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Chinese investment in Australia plunged last year as tensions worsened

Trade ties between Australia and China worsened over the past year as the two countries became mired in a diplomatic dispute. Now it appears those problems, and the pandemic, are also hitting investment.

Chinese investment in Australia plunged to just over 1 billion Australian dollars ($775 million) in 2020, down 62% from the previous year, according to a report released Monday by the Australian National University’s Chinese Investment in Australia Database.

That’s also down nearly 94% from a peak of 16.5 billion Australian dollars ($12.8 billion) in 2016, according to the study.

The countries are big economic partners in Asia Pacific. China, the world’s second biggest economy, was Australia’s largest trading partner in 2018, with trade between the two valued at 215 billion Australian dollars ($158 billion), according to official statistics. And some Australian exports, such as iron ore, remain vital to powering Chinese industry during the post-Covid 19 recovery.

Australia has been toughening its rules on foreign investment in recent years. That likely has contributed to the steep dropoff since 2016, when the country strengthened its ability to veto foreign ownership of major infrastructure development.

And Monday’s report acknowledged that the coronavirus pandemic likely played a role in last year’s fall as much of the world locked down or rolled out severe restrictions in attempts to contain the virus.

But it also noted that the fall in Chinese investment into Australia was particularly steep.

“It reflects the effects of Covid but also more scrutiny of foreign investment by the Australian government, particularly that from China,” the university said.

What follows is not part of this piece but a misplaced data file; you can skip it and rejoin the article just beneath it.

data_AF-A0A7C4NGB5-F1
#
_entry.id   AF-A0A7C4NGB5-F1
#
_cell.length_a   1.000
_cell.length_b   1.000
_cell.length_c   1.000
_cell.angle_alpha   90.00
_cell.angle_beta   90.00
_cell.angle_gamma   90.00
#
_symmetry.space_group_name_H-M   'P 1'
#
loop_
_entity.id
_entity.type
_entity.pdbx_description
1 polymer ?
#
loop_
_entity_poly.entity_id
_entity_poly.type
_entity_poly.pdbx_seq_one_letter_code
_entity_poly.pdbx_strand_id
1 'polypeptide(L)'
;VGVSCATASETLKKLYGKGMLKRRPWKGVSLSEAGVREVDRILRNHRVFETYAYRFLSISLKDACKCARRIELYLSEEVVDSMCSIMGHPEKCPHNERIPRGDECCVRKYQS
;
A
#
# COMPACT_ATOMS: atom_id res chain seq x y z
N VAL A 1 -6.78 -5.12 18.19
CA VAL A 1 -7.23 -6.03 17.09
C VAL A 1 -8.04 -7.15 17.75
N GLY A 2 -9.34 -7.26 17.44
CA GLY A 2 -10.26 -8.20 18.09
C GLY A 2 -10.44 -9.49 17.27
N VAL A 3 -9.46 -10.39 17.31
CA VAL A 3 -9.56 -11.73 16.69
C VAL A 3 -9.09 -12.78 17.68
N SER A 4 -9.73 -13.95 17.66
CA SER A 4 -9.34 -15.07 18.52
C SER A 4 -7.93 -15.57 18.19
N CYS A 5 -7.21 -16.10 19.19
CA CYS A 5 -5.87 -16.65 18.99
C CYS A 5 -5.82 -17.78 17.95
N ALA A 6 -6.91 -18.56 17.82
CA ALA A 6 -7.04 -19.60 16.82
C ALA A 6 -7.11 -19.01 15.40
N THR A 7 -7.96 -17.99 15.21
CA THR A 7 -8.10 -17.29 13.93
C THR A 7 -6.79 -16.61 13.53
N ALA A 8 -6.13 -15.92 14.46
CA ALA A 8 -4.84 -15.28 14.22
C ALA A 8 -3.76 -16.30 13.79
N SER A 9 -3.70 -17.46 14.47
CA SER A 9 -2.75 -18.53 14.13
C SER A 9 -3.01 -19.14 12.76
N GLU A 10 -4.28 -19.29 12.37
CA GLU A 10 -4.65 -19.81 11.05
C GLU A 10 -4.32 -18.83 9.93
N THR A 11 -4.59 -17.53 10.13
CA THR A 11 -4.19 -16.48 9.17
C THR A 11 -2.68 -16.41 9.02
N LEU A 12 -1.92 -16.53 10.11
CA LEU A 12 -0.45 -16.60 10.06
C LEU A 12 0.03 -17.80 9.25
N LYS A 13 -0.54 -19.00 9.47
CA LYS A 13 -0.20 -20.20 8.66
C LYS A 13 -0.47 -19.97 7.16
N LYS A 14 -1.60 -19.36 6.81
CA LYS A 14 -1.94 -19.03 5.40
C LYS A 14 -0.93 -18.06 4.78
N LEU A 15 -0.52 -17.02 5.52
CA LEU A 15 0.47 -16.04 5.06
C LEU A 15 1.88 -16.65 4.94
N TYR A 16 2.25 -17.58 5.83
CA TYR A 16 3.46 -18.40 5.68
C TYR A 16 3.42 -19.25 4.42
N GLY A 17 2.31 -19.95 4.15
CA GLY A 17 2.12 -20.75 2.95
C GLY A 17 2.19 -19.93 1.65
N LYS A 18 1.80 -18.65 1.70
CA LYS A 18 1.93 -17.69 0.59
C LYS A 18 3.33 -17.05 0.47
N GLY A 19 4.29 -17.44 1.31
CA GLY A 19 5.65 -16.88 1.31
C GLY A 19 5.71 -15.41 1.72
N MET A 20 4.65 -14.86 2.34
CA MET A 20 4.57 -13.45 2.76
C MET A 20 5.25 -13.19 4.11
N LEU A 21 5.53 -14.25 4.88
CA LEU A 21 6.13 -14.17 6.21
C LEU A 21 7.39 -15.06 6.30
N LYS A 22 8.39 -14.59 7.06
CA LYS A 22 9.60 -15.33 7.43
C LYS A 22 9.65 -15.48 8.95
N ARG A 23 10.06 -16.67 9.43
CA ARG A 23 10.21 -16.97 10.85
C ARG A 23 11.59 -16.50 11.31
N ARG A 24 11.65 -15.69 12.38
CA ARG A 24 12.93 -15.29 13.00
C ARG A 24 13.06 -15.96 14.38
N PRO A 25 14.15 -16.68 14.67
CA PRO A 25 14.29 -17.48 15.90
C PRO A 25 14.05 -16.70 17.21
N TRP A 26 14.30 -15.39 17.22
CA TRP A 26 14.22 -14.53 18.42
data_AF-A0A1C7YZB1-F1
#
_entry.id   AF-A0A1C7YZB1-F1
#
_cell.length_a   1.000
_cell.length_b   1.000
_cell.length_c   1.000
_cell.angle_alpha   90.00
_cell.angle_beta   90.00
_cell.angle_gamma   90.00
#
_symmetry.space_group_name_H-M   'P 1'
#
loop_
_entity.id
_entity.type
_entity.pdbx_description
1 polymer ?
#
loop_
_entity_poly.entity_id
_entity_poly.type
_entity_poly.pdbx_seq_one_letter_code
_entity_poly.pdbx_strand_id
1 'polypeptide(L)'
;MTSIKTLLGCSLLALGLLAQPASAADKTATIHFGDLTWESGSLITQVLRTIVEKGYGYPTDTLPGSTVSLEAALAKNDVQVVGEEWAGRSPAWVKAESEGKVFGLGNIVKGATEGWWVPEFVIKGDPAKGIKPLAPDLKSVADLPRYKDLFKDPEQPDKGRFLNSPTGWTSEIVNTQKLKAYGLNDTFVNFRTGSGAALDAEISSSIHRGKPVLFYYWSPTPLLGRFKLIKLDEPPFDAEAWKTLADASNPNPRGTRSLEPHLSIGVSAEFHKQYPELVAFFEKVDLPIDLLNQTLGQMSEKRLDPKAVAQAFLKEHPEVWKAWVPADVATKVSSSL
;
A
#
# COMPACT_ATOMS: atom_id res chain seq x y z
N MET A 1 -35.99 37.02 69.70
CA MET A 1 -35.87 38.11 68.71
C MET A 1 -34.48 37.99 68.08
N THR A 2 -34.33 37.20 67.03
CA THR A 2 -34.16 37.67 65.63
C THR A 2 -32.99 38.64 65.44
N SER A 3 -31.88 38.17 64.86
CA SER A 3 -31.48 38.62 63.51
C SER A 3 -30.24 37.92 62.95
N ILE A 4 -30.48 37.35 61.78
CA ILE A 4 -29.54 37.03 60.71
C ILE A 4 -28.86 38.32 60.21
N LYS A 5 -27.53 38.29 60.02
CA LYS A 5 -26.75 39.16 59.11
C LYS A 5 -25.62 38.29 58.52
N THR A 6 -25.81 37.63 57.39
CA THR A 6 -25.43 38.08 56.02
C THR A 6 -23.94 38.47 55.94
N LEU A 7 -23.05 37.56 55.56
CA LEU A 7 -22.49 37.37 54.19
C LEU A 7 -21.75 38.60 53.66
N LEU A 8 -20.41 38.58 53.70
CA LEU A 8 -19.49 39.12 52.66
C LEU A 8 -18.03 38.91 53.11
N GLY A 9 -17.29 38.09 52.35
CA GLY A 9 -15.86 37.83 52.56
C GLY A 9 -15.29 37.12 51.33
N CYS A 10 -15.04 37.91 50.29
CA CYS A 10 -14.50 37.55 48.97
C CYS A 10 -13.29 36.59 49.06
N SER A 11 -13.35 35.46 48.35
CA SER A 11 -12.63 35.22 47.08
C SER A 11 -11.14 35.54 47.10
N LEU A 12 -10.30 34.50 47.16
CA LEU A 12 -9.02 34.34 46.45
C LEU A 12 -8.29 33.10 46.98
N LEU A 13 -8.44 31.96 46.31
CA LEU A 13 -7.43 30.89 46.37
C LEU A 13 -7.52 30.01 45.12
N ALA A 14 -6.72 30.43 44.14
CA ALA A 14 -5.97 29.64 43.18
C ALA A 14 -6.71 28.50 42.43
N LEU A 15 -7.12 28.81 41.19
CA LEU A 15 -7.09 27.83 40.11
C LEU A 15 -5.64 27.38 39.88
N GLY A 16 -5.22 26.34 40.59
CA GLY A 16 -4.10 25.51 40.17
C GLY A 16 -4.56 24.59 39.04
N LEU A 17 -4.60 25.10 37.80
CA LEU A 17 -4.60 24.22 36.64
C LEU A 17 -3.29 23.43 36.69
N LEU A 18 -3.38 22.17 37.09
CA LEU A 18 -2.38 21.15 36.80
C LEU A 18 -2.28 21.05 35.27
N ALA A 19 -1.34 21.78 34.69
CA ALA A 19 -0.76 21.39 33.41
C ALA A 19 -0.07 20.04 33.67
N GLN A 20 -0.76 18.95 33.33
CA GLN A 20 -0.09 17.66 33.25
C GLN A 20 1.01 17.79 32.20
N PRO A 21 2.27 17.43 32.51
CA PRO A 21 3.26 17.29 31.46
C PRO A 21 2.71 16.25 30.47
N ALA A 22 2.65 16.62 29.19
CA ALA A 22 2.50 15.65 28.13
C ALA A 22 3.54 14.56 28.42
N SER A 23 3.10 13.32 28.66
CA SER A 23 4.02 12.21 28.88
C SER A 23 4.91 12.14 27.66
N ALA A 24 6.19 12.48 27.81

Political relations between Beijing and Canberra rapidly deteriorated last April after Prime Minister Scott Morrison called for an international investigation into the origins of Covid-19.

Beijing slammed its trading partner in response, with Chinese Ambassador to Australia Chen Jingye openly musing about the possibility of economic fallout.

“Maybe the ordinary [Chinese] people will say ‘Why should we drink Australian wine? Eat Australian beef?'” he told the Australian Financial Review at the time.

Some Australian exports — including timber, beef, some types of coal and eventually, wine — began to encounter difficulties entering China.

Australian wine, for example, was slapped with tariffs of up to 212% following an “anti-dumping investigation” into the product by the Chinese Ministry of Commerce. And China appeared to put restrictions on some types of Australian coal late last year, prompting concerns among Australian government officials.

Political tensions appeared to play a role in at least one major business deal, too. In August, China Mengniu Dairy called off its plan to buy Lion Dairy, an Australian drinks business, for $430 million after the government in Australia said it would likely oppose the deal.

At the time, Treasurer Josh Frydenberg Frydenberg said that he had told Mengniu Dairy “that the proposed acquisition would be contrary to the national interest.”

Article Topic Follows: Money

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